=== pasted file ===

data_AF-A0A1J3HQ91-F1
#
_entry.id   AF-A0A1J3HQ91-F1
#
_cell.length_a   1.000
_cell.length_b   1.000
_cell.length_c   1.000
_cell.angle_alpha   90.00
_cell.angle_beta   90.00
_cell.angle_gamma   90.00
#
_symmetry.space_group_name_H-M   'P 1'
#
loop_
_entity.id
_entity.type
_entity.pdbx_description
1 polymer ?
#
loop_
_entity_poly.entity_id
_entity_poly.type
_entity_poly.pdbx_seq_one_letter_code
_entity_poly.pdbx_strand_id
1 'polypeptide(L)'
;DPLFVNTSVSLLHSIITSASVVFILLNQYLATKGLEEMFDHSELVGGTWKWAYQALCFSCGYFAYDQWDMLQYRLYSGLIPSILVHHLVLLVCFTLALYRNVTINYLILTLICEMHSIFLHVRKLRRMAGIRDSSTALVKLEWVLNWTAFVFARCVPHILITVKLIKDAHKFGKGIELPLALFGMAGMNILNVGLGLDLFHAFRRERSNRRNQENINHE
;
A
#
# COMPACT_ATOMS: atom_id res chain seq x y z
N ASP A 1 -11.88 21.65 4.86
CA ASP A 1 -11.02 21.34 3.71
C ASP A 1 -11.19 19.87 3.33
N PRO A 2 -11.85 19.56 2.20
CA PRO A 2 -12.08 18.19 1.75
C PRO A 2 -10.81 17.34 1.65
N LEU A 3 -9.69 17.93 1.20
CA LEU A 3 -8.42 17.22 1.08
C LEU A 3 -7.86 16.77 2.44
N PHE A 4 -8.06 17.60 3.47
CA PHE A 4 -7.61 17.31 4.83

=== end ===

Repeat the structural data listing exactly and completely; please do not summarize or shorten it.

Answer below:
data_AF-A0A1J3HQ91-F1
#
_entry.id   AF-A0A1J3HQ91-F1
#
_cell.length_a   1.000
_cell.length_b   1.000
_cell.length_c   1.000
_cell.angle_alpha   90.00
_cell.angle_beta   90.00
_cell.angle_gamma   90.00
#
_symmetry.space_group_name_H-M   'P 1'
#
loop_
_entity.id
_entity.type
_entity.pdbx_description
1 polymer ?
#
loop_
_entity_poly.entity_id
_entity_poly.type
_entity_poly.pdbx_seq_one_letter_code
_entity_poly.pdbx_strand_id
1 'polypeptide(L)'
;DPLFVNTSVSLLHSIITSASVVFILLNQYLATKGLEEMFDHSELVGGTWKWAYQALCFSCGYFAYDQWDMLQYRLYSGLIPSILVHHLVLLVCFTLALYRNVTINYLILTLICEMHSIFLHVRKLRRMAGIRDSSTALVKLEWVLNWTAFVFARCVPHILITVKLIKDAHKFGKGIELPLALFGMAGMNILNVGLGLDLFHAFRRERSNRRNQENINHE
;
A
#
# COMPACT_ATOMS: atom_id res chain seq x y z
N ASP A 1 -11.88 21.65 4.86
CA ASP A 1 -11.02 21.34 3.71
C ASP A 1 -11.19 19.87 3.33
N PRO A 2 -11.85 19.56 2.20
CA PRO A 2 -12.08 18.19 1.75
C PRO A 2 -10.81 17.34 1.65
N LEU A 3 -9.69 17.93 1.20
CA LEU A 3 -8.42 17.22 1.08
C LEU A 3 -7.86 16.77 2.44
N PHE A 4 -8.06 17.60 3.47
CA PHE A 4 -7.61 17.31 4.83